This past Monday I rode the Chicago Lakefront Trail in both directions and then some. I discovered from experience that it was exactly 18 miles from end to end, but could have found that out more readily by checking out this helpful PDF which shows some highlights along the route. So, evidently the center point of the trail is almost exactly at the Buckingham Fountain right in the middle of downtown. They couldn’t have planned that, could they?
Visually, though, it does seem as if the South leg is longer. That is a long way to those little/big buildings. At this point I should also note that though I found street parking as I had planned at the South end of the trail, the neighborhood was a little rougher than I had expected, even though I had no problems. The North end of the trail, on the other hand, is nestled in some decidedly more expensive real estate.
A truth you should know from this bicyclist/photographer is that the two activities do not lend themselves to one another, necessarily. It is true that bicycling around a city provides one with new perspectives and finds, and that traveling on bicycle is a great way to get to those shots, but if one wants to get in some mileage, which was my goal on Monday, well then one cannot often satisfy the urge to stop and shoot.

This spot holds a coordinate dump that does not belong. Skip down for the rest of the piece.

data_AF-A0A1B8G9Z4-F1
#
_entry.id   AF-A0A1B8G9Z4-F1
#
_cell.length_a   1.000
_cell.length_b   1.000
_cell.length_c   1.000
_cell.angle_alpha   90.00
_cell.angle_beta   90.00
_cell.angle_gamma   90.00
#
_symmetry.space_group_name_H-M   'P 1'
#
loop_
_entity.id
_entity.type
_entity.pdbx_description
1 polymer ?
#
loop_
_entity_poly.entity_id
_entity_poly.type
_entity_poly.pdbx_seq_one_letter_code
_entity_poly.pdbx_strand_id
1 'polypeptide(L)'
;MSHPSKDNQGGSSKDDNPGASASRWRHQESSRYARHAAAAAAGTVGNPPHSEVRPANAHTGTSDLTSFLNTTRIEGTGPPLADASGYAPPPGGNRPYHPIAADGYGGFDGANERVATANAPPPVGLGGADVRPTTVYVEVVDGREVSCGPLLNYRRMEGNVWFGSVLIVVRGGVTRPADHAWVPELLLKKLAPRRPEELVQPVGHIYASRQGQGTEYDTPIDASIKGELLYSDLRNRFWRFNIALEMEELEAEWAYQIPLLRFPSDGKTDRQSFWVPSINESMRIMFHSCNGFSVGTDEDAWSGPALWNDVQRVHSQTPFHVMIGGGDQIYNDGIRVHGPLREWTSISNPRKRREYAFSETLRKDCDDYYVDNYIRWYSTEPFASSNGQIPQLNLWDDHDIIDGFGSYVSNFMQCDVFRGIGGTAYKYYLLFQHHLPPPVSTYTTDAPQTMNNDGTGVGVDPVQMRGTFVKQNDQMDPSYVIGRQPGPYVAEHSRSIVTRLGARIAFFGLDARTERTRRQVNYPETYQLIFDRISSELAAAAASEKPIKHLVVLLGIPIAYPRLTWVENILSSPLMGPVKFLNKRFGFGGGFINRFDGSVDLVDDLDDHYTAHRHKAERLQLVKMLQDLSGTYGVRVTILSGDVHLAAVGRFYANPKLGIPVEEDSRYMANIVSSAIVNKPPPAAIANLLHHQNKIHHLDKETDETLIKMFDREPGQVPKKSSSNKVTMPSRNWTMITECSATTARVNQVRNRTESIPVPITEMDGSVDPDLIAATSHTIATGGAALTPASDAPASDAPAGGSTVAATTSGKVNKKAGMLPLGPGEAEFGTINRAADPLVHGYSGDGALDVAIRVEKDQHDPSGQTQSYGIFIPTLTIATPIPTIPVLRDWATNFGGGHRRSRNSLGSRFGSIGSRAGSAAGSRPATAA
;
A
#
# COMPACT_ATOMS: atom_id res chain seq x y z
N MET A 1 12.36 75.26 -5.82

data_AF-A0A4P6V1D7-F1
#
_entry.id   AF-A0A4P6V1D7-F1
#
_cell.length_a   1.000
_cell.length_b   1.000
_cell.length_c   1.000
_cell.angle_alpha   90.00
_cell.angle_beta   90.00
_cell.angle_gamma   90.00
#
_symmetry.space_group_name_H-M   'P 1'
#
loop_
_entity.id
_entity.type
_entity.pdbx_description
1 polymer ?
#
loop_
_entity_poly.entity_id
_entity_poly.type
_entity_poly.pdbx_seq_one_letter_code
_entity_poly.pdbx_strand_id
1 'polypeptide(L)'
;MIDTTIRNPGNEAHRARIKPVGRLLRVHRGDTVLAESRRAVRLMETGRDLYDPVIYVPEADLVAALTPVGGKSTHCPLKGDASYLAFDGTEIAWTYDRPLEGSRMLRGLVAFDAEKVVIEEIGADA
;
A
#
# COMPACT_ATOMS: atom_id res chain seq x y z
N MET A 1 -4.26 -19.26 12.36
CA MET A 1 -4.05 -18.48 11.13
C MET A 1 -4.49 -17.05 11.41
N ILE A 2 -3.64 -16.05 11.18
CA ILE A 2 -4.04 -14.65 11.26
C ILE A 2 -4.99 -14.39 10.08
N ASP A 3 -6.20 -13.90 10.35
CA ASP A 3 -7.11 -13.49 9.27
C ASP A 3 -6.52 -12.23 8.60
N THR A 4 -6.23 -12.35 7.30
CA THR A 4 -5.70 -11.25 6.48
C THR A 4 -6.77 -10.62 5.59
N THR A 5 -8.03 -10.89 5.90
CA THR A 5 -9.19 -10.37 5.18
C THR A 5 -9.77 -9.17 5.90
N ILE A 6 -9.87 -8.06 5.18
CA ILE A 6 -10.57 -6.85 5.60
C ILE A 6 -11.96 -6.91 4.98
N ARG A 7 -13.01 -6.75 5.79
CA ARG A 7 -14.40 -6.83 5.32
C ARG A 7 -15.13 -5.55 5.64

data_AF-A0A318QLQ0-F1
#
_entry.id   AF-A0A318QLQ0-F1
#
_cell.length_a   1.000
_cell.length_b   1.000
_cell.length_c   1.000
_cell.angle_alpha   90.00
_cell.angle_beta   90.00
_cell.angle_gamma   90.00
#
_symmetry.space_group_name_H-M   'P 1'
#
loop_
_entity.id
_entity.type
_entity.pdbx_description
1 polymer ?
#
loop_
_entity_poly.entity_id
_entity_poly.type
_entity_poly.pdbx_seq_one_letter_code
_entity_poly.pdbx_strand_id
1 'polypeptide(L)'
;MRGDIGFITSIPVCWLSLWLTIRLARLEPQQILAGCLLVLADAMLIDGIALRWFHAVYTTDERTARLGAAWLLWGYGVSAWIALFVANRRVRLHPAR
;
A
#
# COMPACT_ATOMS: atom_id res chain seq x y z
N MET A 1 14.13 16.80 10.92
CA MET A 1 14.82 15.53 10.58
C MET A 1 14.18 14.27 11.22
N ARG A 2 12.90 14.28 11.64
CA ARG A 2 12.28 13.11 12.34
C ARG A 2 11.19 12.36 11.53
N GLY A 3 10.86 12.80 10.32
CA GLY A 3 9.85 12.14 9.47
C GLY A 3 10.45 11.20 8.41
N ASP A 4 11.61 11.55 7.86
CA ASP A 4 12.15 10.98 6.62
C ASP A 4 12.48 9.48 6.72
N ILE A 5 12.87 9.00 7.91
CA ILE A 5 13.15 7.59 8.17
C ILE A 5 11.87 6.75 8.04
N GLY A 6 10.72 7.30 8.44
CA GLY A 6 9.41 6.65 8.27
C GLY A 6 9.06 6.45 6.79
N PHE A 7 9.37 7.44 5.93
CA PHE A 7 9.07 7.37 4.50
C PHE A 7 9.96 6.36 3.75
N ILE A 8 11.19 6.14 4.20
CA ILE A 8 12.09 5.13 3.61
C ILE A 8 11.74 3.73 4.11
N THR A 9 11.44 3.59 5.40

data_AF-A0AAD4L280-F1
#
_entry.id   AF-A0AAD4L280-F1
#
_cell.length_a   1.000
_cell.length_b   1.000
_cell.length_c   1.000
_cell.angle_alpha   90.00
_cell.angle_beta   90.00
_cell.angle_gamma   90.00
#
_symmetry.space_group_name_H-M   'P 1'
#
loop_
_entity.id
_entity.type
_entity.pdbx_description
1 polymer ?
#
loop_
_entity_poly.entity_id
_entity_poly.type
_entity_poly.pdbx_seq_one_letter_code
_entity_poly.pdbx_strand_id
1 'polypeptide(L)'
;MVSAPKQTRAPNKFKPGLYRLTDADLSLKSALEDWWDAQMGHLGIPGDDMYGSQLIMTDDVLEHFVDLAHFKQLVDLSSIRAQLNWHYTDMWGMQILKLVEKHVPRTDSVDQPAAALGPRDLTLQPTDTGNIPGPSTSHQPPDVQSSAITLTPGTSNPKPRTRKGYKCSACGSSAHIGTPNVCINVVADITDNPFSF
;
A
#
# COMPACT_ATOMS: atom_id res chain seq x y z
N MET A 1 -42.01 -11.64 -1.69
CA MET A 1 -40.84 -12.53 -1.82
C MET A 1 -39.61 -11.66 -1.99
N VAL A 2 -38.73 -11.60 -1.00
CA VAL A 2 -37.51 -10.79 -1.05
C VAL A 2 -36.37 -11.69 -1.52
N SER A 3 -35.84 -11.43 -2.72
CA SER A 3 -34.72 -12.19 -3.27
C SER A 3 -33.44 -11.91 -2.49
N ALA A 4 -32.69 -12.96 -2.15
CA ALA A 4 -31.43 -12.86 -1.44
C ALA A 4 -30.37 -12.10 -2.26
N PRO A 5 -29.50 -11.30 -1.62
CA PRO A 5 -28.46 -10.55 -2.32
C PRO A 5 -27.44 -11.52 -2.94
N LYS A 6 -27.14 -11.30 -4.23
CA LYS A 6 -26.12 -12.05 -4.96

And, so, though I carried a long lens (which I never used) and a medium sized lens on my full-frame Canon 5D in my hydration pack (and it is also a truth that one’s hydration pack should be reserved for that function OR as a camera bag and not both ), I did not take too many pictures of sites around the trail save the ones below.
I could not resist hanging Sequoia on the fence along with other locked bikes for a shot with the Hancock Tower in the background.
You know it is hot when you feel the strong urge to eat a Chicago dog (I settled on the Polish sausage), just to get your salt levels back up. The picture below was my lunch time view, with one of the many beaches along the trail in the background. Regarding hydration, there are water fountains and restrooms at every beach.
The colored trees at the 31st Street Beach Marina were pretty cool, but I agree with this blogger that the real things are much preferred.
Finally, I did make one foray into the city, to Threadless on Broadway, to pick up some shirts. I had planned on getting this bicycle themed design, but on hearing that I could only get it at the warehouse or online, I settled on the design below. The beautiful top part more or less replicates the Lakefront trail, and while the bottom part is bleak, it is rather Biblical, “and to dust you shall return“…though there are whispers that that may not be the whole story.